Sharon - glad you came by, and I hope you'll return.

Maryann - I've never been fond of 'author intrusion' and descriptions that don't fit pull me out of the story.

Anonymous said...

Terry, valuable information for those of us who write in deep pov. Thank you for sharing.

MM the Queen of English

Elizabeth Spann Craig said...

Great post, Terry! I'm not a fan of writing description, so I can use all the tips I can get! :)

Jacqvern said...
This comment has been removed by the author.
Anonymous said...

Terry, you're good. You're really good. The hotel laundry list is a hysterical touch.

Jacqvern, please don't be so quick to judge the editor. It's tough work.


Anonymous said...

Terry, have you done a post on what deep POV is? Please email me. Thanks.
Liz Arnold

Terry Odell said...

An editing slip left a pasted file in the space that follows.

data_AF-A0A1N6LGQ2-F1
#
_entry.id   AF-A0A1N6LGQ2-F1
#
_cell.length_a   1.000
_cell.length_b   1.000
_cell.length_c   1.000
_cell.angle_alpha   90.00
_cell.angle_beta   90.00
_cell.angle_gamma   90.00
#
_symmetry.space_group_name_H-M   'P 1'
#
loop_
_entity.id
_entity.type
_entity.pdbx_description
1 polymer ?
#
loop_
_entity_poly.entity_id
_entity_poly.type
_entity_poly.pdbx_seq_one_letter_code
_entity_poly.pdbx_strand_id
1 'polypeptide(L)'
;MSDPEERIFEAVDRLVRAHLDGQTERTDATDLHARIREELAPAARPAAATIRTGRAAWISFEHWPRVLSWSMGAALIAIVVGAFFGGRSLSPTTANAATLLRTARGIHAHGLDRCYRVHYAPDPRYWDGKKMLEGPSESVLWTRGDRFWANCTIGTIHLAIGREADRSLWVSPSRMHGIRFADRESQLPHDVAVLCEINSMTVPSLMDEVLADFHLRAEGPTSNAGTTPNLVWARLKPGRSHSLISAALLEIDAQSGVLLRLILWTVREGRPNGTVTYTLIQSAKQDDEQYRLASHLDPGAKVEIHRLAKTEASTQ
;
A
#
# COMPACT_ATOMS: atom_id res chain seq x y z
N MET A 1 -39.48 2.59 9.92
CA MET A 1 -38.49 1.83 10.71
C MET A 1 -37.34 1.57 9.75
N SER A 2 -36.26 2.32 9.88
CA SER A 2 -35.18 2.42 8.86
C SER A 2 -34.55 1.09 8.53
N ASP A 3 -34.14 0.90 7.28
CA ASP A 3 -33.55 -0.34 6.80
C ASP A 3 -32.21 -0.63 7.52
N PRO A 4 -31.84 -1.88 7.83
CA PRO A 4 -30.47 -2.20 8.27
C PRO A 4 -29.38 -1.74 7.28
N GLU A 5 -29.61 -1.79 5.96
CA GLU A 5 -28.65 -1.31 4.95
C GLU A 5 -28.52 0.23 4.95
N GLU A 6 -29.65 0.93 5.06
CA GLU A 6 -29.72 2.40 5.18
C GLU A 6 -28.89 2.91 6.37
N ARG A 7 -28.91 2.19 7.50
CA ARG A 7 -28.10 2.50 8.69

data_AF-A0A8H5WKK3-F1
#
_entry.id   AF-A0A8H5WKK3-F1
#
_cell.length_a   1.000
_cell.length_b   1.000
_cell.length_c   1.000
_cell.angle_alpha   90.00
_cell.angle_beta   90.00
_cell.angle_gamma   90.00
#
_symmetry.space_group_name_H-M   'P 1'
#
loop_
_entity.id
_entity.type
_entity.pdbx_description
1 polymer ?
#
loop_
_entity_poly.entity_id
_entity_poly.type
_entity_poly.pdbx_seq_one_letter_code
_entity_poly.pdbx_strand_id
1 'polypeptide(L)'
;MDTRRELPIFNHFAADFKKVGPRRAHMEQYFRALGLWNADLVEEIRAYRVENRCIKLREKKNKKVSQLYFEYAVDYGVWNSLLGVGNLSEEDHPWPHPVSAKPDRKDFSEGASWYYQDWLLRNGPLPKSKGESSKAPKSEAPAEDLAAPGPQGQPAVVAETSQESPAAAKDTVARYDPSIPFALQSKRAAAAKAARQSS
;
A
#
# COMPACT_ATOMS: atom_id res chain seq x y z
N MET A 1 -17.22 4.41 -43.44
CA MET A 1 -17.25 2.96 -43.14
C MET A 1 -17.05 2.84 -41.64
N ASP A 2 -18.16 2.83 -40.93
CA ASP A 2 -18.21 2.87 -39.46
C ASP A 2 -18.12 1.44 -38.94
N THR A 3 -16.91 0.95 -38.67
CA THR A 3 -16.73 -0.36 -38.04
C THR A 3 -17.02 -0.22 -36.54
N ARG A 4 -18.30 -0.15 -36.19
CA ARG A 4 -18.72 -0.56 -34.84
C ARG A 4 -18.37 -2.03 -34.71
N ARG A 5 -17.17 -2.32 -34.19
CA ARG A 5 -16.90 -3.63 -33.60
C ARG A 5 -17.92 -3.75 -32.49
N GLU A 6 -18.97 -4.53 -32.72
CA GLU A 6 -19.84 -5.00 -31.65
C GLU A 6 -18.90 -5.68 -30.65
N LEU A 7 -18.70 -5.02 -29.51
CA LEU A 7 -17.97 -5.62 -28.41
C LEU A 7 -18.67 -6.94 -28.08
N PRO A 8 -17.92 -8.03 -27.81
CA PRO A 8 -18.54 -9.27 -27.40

Queen - thanks. I am a deep POV fanatic.

Elizabeth - hope some of the tips work for you.

Jacqvern - nothing is perfect. Editors are human too. Ideally editor and author work together.

Liz - thanks! I shall frame your comment - and feel free to send others this way.

Terry Odell said...

Liz - type point of view into the search box in the sidebar. If that doesn't bring up what you need, you can email me.

Diane Craver said...

Wonderful post. I did have a character look in the mirror once to give a description. It was because she was a pregnant teenager and she wanted to see if she was showing yet.

Terry Odell said...

Diane - mirrors aren't totally "forbidden". Sounds like your character had a good reason to check. It's when that becomes the way the author shows the entire character to the reader that it's tedious and cliched.

Mary Anne Landers said...

Thank you for your post, Terry; and everyone else for the comments.

About the mirror bit: Frankly, it doesn't bother me, as a reader or a writer. So what if a character looks in a mirror? Considering how self-conscious and vain about their appearance many people are, it's perfectly natural.